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Majlis Podcast: A New Wave Of Feminism In Central Asia

Singer's Feminist Video, Purple Bra Have Some Kyrgyz Seeing Red
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Singer's Feminist Video, Purple Bra Have Some Kyrgyz Seeing Red

Earlier this month, a video was posted on the Internet of a young woman in Kyrgyzstan performing a song, Kyz (Girl). Nineteen-year-old Zere Asylbek's words spoke of respect for other people's decisions, and in particular called on society to allow woman and girls to make their own choices.

The lyrics, and Zere's attire in the video, sparked praise and criticism and rekindled a long-running debate in Kyrgyzstan, and more generally in Central Asia, about women's rights and the role of women in contemporary Central Asian societies.

RFE/RL's media-relations manager, Muhammad Tahir, moderated a discussion on the state of feminism in Central Asia and efforts toward greater gender equality in the region.

From Finland, Kamilla Sultanova, originally from Uzbekistan but now a social activist heading the Finnish branch of the nongovernmental organization Global Dignity, joined the discussion. From Kyiv, Bermet Talant, originally from Kyrgyzstan, author of many articles about Central Asia, and currently working as a correspondent in Ukraine, participated as well. Also joining us was Jennet (last name omitted by request), an independent Turkmen scholar currently working outside Turkmenistan. And from Kyrgyzstan, Zere Asylbek, whose video has brought fresh attention to the issue of gender equality in Central Asia, took part in the conversation. I said a few things, but you only learn when you listen, not when you speak.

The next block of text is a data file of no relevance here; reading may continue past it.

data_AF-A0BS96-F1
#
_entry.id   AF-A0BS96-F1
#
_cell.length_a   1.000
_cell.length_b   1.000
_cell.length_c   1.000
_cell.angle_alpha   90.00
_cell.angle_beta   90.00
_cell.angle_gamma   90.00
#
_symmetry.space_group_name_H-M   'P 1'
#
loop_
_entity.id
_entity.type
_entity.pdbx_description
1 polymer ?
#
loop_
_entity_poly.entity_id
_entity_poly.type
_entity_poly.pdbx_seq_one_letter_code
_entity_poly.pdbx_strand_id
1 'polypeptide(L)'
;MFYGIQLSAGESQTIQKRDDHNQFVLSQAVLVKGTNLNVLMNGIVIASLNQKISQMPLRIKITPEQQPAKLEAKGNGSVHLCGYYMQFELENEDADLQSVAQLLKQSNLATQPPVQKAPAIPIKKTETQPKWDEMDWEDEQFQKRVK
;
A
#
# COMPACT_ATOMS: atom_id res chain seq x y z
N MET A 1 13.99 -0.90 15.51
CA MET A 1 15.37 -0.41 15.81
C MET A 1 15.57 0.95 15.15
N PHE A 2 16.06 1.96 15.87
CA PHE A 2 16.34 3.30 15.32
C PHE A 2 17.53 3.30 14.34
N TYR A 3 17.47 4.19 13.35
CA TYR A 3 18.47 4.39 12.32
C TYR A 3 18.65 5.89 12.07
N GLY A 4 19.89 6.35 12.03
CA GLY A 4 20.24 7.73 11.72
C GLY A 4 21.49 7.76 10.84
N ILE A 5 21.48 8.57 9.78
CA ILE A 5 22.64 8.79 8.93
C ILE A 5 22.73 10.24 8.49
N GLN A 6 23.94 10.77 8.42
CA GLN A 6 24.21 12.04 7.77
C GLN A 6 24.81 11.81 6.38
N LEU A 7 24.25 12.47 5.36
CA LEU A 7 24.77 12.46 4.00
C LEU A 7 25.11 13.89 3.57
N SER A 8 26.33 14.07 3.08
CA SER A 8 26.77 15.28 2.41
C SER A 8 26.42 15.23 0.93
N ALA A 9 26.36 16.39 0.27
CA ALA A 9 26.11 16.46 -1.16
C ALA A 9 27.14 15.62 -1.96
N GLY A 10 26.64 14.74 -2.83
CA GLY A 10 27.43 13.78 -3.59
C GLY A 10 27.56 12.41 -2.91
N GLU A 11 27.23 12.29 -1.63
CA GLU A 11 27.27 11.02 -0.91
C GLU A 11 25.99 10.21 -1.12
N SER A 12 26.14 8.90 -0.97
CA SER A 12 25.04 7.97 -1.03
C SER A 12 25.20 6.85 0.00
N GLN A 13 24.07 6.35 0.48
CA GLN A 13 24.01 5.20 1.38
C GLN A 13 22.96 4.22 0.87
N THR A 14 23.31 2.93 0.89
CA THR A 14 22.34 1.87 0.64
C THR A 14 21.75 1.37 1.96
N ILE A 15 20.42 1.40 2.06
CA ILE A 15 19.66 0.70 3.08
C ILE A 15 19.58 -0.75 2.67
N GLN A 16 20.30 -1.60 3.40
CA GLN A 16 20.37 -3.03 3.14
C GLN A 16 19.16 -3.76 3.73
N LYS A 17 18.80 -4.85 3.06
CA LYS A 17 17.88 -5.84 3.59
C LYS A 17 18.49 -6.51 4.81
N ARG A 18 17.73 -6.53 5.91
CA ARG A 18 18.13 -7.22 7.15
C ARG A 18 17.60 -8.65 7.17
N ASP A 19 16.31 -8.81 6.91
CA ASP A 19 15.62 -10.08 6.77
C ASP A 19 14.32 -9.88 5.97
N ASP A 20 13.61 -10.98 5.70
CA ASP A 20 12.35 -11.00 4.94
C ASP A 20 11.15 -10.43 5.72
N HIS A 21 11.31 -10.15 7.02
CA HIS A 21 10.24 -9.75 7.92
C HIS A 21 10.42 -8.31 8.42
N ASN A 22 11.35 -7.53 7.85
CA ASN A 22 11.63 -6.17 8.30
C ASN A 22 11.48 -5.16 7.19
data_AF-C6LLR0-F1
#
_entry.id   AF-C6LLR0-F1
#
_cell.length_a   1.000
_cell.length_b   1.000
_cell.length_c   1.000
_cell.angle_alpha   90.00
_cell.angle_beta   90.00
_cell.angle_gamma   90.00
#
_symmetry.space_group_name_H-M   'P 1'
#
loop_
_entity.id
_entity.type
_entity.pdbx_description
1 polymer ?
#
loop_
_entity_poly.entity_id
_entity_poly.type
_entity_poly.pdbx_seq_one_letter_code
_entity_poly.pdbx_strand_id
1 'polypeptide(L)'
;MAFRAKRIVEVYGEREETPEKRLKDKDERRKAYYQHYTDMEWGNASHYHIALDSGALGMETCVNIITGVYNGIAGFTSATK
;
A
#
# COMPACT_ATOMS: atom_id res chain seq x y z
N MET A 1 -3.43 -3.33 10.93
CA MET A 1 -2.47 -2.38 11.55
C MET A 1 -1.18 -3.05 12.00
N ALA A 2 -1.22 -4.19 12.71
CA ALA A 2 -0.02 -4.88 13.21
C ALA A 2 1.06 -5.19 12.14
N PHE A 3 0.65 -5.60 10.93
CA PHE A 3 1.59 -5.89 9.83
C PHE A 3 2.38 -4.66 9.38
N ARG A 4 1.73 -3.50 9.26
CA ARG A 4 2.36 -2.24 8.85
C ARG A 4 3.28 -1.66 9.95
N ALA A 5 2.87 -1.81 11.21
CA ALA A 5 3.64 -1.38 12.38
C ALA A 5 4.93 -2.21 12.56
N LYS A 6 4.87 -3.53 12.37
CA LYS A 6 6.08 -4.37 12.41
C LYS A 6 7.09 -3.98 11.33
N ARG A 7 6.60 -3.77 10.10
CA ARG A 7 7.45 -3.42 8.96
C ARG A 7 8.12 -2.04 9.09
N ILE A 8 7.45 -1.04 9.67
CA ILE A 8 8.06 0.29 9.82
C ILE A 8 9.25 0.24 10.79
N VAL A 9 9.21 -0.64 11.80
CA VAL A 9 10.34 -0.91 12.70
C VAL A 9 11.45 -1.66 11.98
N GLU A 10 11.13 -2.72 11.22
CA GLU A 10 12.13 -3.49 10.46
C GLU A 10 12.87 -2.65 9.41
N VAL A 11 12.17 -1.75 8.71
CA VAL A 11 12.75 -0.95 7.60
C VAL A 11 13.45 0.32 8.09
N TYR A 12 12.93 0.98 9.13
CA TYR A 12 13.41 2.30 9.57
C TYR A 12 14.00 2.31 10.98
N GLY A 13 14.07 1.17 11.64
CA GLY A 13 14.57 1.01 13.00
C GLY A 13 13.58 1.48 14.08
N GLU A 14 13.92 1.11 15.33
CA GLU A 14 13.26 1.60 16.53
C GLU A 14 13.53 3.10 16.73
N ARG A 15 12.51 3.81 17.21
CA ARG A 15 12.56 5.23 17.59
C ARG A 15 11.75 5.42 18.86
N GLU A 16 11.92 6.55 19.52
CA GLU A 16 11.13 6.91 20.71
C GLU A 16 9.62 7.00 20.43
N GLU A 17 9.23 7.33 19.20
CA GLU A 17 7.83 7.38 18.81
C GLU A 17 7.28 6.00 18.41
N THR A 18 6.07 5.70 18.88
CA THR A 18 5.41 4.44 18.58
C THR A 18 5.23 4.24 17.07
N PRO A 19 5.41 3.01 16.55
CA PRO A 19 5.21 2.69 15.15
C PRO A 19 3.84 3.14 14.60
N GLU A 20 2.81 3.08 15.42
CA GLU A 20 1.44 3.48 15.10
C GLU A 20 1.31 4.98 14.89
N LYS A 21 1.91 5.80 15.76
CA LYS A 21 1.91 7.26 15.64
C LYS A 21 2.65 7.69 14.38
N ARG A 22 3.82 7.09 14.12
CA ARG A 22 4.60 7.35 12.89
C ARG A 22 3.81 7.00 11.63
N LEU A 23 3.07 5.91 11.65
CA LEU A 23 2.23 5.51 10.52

Majlis Podcast: New Wave Of Feminism In Central Asia
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Listen to the podcast above or subscribe to the Majlis on iTunes.

RFE/RL's Kyrgyz Service, known locally as Azattyk, recently interviewed Zere Asylbek (in Russian):

About This Blog

Qishloq Ovozi is a blog by RFE/RL Central Asia specialist Bruce Pannier that aims to look at the events that are shaping Central Asia and its respective countries, connect the dots to shed light on why those processes are occurring, and identify the agents of change.​

The name means "Village Voice" in Uzbek. But don't be fooled, Qishloq Ovozi is about all of Central Asia.


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